There's No Driving With a Dead Engine:  The Importance of Project Sponsorship

By Vanessa Pineda on October 05, 2015

Have you ever been tasked with driving a project you’ve felt was going nowhere? Maybe you were a project manager or project owner, coordinating a team that was working on something you felt wasn’t gaining traction within the organization.

In a time when companies have competing priorities and multiple change efforts happening all at once, your project is like a race car on a crowded speedway. You may have the flashiest car, with parts designed to go fast, but if the engine doesn’t start, there’s no chance you’ll win a race even if you’re strong enough to push it forward.

So, what is that one thing you can equate to an engine for your project?


It’s the energy converter that creates force to power the different parts of your organization. Every project needs visible leadership that can communicate a clear vision to employees, advocate its value, and in turn, incite action from individuals within their direct realm of influence.

If this all sounds obvious, then why are project managers regularly bewildered by projects they don’t feel are progressing (when it’s apparent there have been roadblocks to involving leaders)? When reinforcing the importance of sponsorship during project proposals, I’ve been asked, “What’s the plan B if we don’t have a visible sponsor?” Other times, the phrase “grassroots effort” gets bounced around.

Simply put, without sponsorship, it’s clear that the project’s purpose and objectives have not been fully evaluated, and it’s a sign to reprioritize and determine if it’s worth pursuing in the first place. Not to sound trite – but thinking that a change project will somehow become “grassroots” without sponsorship is putting the cart before the horse.

I have two recent client examples of companies that have managed leadership in different ways during the implementation of our internal crowdsourced prediction markets:

  • At Company A, there is a highly engaged group of people across a large business unit using the prediction market technology to forecast competitive intel, new market discoveries, and other industry impacts. One main leader taps direct reports to be topic owners that formulate prediction market questions related to upcoming business events. That same leader signs all the emails that get distributed as reminders for people to make forecasts. The project team creates leadership updates featuring the crowdsourced insights prior to milestone meetings, so that the crowd has a “seat” at the table and informs on strategic initiatives.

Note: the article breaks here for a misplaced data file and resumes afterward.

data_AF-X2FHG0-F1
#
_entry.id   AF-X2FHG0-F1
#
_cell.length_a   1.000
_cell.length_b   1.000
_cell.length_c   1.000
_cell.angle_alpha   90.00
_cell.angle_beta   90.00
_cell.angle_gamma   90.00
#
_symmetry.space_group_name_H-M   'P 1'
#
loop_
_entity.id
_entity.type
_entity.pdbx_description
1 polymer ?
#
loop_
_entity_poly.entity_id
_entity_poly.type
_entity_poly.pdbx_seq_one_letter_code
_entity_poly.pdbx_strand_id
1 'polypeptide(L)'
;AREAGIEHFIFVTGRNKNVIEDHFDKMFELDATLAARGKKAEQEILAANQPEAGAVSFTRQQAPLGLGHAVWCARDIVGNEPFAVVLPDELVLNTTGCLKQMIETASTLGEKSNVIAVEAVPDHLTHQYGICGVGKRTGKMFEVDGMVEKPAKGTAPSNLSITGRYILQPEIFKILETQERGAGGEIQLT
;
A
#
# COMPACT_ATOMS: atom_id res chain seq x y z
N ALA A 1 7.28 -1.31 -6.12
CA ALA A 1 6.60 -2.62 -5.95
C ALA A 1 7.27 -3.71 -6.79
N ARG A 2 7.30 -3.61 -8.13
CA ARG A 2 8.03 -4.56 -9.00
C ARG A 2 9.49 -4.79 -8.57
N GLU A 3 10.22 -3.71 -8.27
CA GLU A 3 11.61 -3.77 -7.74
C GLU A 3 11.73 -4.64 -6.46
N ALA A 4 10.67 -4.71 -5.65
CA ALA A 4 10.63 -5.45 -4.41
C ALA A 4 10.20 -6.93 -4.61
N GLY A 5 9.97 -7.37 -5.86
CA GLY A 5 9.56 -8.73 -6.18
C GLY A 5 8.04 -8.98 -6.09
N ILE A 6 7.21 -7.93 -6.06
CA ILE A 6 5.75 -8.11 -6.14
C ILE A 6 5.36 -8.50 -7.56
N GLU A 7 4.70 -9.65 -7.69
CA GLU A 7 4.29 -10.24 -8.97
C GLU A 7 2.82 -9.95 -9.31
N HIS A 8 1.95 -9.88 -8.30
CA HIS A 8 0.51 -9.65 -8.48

• At Company B, our client struggles to engage diverse groups to make forecasts. The project team sends out all communications and reminders. Leaders are sent updates monthly. Though information is traveling from the team horizontally and upward, there is no proof that information is being cascaded from the top down, with the exception of one monthly email that regional leaders send to their groups. The project team works in silo, waiting to involve leaders until they can prove that the project has a solid footing.

What is happening at Company B is not uncommon. Often, designated project teams wait until the last minute to get the attention of leaders when they think they can carry out a project according to plan and underestimate that getting employees to take action is hard! Perhaps, as project owners, we try not to overburden our leadership and think we’re doing right by them in taking initiative and attempting to demonstrate competence before engaging them. To all of this, you should be shaking your head. As Company A tells us, all you need is to work with one influential sponsor to put the wheels of your project in motion.

To ensure a project gets the visibility and sponsorship it needs for success, in the second part of this blog post (soon to come), I’ll outline a practical framework for creating an engaged leader network.

Until then, if you’re currently managing through a change that is lacking sponsorship and leader visibility, identify one valuable influencer. Schedule a meeting, and discuss his or her current business needs and priorities, and see how your project fits into this picture. (Re)Opening a dialogue is a step closer to working with your leader, and not simply reporting to them.

Vanessa Pineda is the Director of Professional Services at Cultivate Labs

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prediction markets change management enterprise crowdsourcing disruptive leadership crowdsourced forecasting